The keynote speaker at the annual Ag is Everyone’s Business event told a crowd of nearly 300 people that he wants farmers to be risk managers and not speculators.
“Speculators always lose money,” said Mark Gold after the event. Gold, a managing partner of Top Third Ag Marketing, said 7 percent of traders in Chicago can beat the odds, “which means that 93 percent can’t, and if a farmer has grain in the bin or is going to be growing grain this spring and hasn’t protected it with a futures contract or option, then they’re speculating with that grain.”
The Ag is Everyone’s Business breakfast, held Friday morning at Southern State Community College’s Patriot Center, is now in its seventh year. The event is coordinated by the Highland County Chamber of Commerce.
Gold said the old adage “you have to spend money to make money” was never more true for farmers, advising them that there is a cost in doing anything and that buying a commodity option is a great way at protecting downside risk. A “put option” could be employed as an insurance policy, he added.
In his booklet “Marketing in the Top Third,” Gold described a “put option” as one that gives the buyer the right, but not the obligation, to sell, or “go short,” on the underlying futures contract at the strike price on or before the expiration date of the option.
With the focus of the event being on the business side of agriculture, State Representative Shane Wilkin said farming is the biggest business in the state, and that many of his colleagues in Columbus have a connection to the family farm.
“The focus now is on the state budget and what the governor proposes,” he said. “At that point, there will be adjustments made across the board, but one of the things concerning me is infrastructure issues when it comes to moving farm equipment.”
He said the transportation budget will be unveiled in March and with that, he knows of several roads in the 91st House District that are heavily damaged due to recent flooding. That could prevent farmers from getting in and out of their fields this season, Wilkin said.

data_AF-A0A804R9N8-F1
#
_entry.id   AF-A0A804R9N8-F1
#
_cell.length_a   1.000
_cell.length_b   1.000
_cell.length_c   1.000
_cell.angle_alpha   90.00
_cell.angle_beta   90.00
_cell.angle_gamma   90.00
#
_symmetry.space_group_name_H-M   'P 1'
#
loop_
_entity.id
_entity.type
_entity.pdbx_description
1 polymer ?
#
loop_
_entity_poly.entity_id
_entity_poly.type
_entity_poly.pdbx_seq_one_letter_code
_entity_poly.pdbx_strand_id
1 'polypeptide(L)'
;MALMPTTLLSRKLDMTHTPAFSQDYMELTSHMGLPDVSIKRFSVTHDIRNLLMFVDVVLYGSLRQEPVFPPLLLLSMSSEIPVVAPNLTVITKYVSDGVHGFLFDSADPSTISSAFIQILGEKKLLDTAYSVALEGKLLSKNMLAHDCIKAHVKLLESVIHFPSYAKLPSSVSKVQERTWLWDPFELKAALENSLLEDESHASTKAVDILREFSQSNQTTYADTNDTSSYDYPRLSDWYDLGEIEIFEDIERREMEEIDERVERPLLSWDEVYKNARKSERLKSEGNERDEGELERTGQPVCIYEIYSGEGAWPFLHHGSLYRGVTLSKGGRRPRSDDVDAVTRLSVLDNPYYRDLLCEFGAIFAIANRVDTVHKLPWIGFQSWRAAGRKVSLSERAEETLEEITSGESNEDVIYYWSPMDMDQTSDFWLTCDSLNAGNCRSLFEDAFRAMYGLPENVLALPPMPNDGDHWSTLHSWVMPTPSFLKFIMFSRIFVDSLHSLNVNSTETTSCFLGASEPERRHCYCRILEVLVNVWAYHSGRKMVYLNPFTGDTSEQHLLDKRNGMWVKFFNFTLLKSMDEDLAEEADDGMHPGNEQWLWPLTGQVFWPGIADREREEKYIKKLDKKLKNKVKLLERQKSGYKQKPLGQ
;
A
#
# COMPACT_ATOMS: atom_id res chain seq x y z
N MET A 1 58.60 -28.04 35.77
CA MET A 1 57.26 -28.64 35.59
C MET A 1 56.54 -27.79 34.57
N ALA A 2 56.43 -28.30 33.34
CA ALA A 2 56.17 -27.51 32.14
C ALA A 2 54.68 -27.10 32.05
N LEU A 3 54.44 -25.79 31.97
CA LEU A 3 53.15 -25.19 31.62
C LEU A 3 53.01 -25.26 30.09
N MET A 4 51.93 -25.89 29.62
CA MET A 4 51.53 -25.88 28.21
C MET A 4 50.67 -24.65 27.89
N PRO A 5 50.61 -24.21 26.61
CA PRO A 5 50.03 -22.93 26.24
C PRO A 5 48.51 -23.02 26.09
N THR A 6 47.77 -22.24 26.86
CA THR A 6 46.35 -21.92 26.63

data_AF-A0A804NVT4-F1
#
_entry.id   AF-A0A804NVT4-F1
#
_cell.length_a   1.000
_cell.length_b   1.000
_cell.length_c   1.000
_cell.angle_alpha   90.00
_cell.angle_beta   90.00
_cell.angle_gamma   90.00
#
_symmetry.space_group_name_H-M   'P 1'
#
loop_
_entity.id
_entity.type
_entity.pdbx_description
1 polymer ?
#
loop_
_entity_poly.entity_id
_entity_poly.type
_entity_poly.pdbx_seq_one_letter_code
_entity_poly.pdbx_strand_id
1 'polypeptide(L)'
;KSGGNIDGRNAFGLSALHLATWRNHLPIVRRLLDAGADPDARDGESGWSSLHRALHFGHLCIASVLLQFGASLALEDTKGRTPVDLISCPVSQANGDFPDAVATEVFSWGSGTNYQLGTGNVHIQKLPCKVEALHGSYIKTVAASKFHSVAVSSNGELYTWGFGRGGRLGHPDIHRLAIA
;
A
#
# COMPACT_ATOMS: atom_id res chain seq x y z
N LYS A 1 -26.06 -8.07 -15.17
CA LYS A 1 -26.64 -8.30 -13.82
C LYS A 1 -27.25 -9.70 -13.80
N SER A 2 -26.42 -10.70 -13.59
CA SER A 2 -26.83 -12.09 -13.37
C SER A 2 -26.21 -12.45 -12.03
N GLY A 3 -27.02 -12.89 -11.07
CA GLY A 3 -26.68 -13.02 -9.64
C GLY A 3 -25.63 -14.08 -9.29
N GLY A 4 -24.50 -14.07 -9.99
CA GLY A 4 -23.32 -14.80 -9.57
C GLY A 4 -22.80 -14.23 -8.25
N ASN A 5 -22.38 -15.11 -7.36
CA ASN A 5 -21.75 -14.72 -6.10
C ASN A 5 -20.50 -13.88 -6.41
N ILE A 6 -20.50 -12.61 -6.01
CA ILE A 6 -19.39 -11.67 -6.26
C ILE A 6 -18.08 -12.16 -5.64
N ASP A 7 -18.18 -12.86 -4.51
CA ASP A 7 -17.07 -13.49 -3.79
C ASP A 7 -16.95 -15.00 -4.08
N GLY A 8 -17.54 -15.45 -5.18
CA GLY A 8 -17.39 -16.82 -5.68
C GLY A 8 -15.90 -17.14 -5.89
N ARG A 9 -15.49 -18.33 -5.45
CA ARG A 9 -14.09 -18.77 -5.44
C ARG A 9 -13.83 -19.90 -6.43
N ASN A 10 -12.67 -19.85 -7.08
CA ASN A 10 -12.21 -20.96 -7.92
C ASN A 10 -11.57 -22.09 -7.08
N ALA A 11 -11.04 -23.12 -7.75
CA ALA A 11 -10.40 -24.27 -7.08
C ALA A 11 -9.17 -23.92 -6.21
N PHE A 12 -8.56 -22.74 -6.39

“If you can’t get your crops to market, everything discussed here today doesn’t matter,” he said.
Gold’s contention was that every farmer needs to be more of a marketer, something that Highland County Commissioner Jeff Duncan, who farms in the Leesburg area, agreed with.
“It’s easier to produce it than it is to sell it,” Duncan said.
Gold asserted that most farmers wind up selling their commodity in the bottom third of prices, because they don’t sell or price their product in a timely manner.
“If I could get every American farmer to price or sell his grain within 30 days of harvest,” he said in his booklet, “they could enjoy a bull market every year, not just during those years when there is a glitch in supply or demand.”
To that end, he advised the farming professionals in attendance to adopt a four-point plan for success:
1. Develop a marketing plan.
2. Combine effective crop insurance with the marketing plan.
3. Use options to manage risk, such as buying put options to protect unsold product and to buy call options to replace grain or livestock already sold.
4. Do not be a speculator.
“Unfortunately, we’re facing some tough times because of the trade war with China,” he said, “and the secretary of agriculture said that farmers are on their own for marketing this year, which means no market payments, so if these farmers have a good crop this year, there is considerable risk.”
He said one of the problems facing both the small farm operations in the 21st century stem from the temptation for smaller farmers to sell out, especially if there are no children interested in continuing the family farm.
Highland County Commissioner Terry Britton has a small hay operation outside of Hillsboro, and understands the importance of the small family farm.
“Agriculture is the number one economic driver in our county,” he said. “Without it, we would really be in dire straits, and programs like we’re at today will give farmers, I think, an advantage in their farming operations, big or small.”
For larger operators, Gold said, there is the temptation to ignore the dynamics of production, pricing and selling, saying “there’s nothing wrong with becoming large and having great crops and great yields, but you still want to get great prices for those crops, and many large farms don’t understand the tools that are available to help manage those risks.”
At the close of the agri-business seminar, an auction was held for the sale of two pedal tractors and a grain cart.
Helping with the logistics of the event was Jordan Williamson of the Berrysville area, who is a member of the Hillsboro FFA, and whose chapter shared in the benefits from the pedal tractor auction.
Proceeds from the auction are earmarked for the FFA chapters in the five Highland County public school districts.
“I’ve shown pigs at the fair and right now I work at Starlight dairy and grain farm,” she said. “I’m going into the occupational therapy assistant program where you work with disabled children, but I’ve also recently done an equine therapy program where you work with horses, so having worked on a farm I might get into that instead.”
She said she is currently taking classes at Southern State Community College and plans to transfer to Shawnee State University.
The first tractor in the auction was a Case IH Farmall 656 pedal tractor with a grain cart, which is also a Case IH Farmall and matches the tractor. Both were donated by Bane-Welker Equipment in Wilmington.
The second tractor was a John Deere 720 pedal tractor donated by Five Points Implement Company in Hillsboro.
Reach Tim Colliver at 937-402-2571.